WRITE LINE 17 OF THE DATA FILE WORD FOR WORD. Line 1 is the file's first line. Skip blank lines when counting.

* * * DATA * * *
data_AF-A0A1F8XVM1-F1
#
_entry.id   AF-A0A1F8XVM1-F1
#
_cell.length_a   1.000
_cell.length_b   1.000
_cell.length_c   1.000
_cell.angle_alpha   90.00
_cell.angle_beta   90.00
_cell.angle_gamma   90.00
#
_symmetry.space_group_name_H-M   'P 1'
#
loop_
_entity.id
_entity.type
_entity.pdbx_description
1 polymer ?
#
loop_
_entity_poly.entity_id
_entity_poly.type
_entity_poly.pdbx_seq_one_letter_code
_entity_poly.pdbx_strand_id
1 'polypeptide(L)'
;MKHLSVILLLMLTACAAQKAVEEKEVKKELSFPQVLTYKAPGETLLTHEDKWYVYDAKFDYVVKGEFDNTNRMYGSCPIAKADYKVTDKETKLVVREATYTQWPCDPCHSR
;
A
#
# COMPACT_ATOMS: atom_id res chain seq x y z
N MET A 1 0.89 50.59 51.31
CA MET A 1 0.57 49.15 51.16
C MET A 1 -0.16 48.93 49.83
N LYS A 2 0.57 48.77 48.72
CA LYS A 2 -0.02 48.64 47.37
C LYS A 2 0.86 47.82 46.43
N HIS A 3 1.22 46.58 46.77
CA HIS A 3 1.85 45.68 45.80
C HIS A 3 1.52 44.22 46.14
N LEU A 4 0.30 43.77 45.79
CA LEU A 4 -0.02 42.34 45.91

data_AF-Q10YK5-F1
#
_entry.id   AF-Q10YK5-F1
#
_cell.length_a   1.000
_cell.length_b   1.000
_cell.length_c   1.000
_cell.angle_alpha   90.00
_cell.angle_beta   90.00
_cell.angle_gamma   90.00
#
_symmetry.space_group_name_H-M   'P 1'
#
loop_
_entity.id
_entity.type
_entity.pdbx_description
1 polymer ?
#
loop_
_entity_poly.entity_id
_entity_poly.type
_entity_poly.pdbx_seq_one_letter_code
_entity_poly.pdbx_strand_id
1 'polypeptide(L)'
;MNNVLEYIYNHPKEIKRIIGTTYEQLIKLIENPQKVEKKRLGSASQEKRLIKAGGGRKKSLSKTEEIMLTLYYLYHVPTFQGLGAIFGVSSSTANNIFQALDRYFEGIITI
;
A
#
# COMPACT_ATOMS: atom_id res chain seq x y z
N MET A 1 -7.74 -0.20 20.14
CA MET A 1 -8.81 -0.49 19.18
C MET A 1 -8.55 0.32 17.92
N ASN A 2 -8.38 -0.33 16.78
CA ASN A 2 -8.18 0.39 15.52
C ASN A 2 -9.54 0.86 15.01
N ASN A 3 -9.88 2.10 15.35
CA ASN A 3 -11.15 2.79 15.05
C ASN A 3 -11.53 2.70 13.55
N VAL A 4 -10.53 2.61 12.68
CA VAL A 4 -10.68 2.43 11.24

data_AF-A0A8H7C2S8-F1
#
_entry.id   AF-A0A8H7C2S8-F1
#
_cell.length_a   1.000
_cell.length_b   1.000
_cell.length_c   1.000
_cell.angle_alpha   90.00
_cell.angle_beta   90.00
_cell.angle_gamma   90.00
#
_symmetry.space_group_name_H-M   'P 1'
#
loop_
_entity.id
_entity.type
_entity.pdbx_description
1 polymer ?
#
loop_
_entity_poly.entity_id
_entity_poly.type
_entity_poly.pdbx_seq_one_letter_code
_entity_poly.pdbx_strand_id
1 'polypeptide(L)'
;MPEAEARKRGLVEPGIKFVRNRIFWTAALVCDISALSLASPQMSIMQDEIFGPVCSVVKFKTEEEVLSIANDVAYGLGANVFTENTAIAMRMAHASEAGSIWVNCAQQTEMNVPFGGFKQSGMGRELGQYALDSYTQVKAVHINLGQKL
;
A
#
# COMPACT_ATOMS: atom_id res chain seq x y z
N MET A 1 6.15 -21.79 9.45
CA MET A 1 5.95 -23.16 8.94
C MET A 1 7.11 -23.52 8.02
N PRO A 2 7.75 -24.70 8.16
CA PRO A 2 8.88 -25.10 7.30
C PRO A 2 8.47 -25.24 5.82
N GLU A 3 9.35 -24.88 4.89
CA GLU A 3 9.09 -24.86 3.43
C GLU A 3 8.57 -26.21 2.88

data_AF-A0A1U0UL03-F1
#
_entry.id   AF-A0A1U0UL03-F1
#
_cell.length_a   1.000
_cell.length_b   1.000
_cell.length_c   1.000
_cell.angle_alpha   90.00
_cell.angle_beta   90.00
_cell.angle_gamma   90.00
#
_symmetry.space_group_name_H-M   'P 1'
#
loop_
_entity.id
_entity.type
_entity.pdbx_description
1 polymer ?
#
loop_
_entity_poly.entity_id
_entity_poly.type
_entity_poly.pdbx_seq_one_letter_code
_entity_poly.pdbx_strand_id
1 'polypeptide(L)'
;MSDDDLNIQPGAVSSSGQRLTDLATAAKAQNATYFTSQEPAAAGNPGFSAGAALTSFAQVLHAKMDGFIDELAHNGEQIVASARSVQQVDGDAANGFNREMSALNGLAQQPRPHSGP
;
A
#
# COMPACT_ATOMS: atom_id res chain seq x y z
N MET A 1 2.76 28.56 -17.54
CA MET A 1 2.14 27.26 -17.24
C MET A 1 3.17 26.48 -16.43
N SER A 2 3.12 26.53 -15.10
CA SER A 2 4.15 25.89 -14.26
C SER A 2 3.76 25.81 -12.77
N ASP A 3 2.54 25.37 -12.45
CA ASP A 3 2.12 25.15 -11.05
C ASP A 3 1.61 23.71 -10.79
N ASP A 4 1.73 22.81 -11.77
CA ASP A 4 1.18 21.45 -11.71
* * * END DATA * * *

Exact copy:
_entity.pdbx_description